Ed-Tech Policy Report Roundup

Computers and Learning

By Katie Ash — January 06, 2009 | Corrected: February 22, 2019 1 min read

Corrected: A previous version of this story gave an incorrect title of the paper, it is “Scaling the Digital Divide: Home Computer Technology and Student Achievement.”

Students who gain access to an Internet-equipped computer at home between the 5th and 8th grades often experience a decline in reading and mathematics scores, says a paper written by three researchers at Duke University, in Durham, N.C.

Using data gathered from a survey given to 1 million 5th to 8th graders in North Carolina between 2000 and 2005, the researchers found that students who did not have access to a computer at home had the highest scores on reading and math assessments. Among the students who had home computers, those who reported using them twice a month or less had the best scores.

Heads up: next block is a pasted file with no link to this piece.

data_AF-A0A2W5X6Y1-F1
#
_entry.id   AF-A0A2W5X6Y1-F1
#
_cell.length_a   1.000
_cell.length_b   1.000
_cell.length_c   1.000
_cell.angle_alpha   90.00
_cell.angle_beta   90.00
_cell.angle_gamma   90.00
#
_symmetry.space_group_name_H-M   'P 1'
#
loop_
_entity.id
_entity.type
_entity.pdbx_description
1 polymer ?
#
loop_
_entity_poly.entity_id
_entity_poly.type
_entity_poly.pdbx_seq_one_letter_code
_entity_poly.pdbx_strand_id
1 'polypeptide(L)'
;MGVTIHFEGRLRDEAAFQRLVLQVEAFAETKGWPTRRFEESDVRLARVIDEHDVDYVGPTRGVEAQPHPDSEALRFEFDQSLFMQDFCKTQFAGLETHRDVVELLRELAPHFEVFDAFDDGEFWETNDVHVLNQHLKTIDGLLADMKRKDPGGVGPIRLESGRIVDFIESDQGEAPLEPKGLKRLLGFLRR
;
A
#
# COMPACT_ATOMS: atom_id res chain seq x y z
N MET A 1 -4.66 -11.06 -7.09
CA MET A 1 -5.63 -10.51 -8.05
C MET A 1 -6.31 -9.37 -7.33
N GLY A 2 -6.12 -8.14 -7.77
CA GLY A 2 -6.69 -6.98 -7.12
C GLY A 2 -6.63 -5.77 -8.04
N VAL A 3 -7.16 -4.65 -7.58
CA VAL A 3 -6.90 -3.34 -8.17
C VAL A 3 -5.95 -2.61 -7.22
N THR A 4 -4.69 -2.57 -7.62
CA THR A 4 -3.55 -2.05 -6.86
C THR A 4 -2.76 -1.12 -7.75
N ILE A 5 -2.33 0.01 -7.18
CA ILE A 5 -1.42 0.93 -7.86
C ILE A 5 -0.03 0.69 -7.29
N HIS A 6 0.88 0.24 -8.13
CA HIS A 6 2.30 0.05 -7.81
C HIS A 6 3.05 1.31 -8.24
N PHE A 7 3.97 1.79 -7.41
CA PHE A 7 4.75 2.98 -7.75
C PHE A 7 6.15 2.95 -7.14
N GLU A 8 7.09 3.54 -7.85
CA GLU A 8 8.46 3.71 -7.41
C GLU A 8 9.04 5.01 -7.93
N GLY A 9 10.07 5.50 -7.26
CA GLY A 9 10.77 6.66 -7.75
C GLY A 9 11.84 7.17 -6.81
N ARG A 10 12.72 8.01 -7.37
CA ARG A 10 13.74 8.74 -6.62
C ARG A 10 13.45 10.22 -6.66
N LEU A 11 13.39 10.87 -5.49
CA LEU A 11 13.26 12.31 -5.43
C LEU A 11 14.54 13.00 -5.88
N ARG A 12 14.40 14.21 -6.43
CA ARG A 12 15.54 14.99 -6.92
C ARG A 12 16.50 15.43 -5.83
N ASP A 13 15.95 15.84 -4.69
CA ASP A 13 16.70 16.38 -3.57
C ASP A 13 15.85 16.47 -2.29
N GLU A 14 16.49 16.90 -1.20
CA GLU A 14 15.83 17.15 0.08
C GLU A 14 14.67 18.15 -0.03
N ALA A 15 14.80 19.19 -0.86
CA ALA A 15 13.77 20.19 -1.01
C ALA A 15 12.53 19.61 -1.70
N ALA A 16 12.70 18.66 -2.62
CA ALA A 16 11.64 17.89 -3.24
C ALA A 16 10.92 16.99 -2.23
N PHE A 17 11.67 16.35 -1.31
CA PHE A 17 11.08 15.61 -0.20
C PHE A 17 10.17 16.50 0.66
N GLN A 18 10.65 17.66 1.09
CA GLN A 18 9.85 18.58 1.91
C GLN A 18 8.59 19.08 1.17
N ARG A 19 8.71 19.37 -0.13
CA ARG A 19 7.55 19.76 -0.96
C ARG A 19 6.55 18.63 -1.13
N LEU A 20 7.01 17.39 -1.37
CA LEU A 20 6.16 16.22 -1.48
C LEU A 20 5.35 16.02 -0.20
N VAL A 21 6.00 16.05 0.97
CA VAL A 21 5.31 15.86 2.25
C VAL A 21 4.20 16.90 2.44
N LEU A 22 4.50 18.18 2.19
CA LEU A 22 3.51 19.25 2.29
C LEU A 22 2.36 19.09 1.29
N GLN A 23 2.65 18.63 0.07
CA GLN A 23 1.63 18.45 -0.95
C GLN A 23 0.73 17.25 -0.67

The researchers found that the Internet was the most productive, in terms of student achievement, in homes where students had effective parental supervision of their computer activities.

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A version of this article appeared in the January 07, 2009 edition of Education Week

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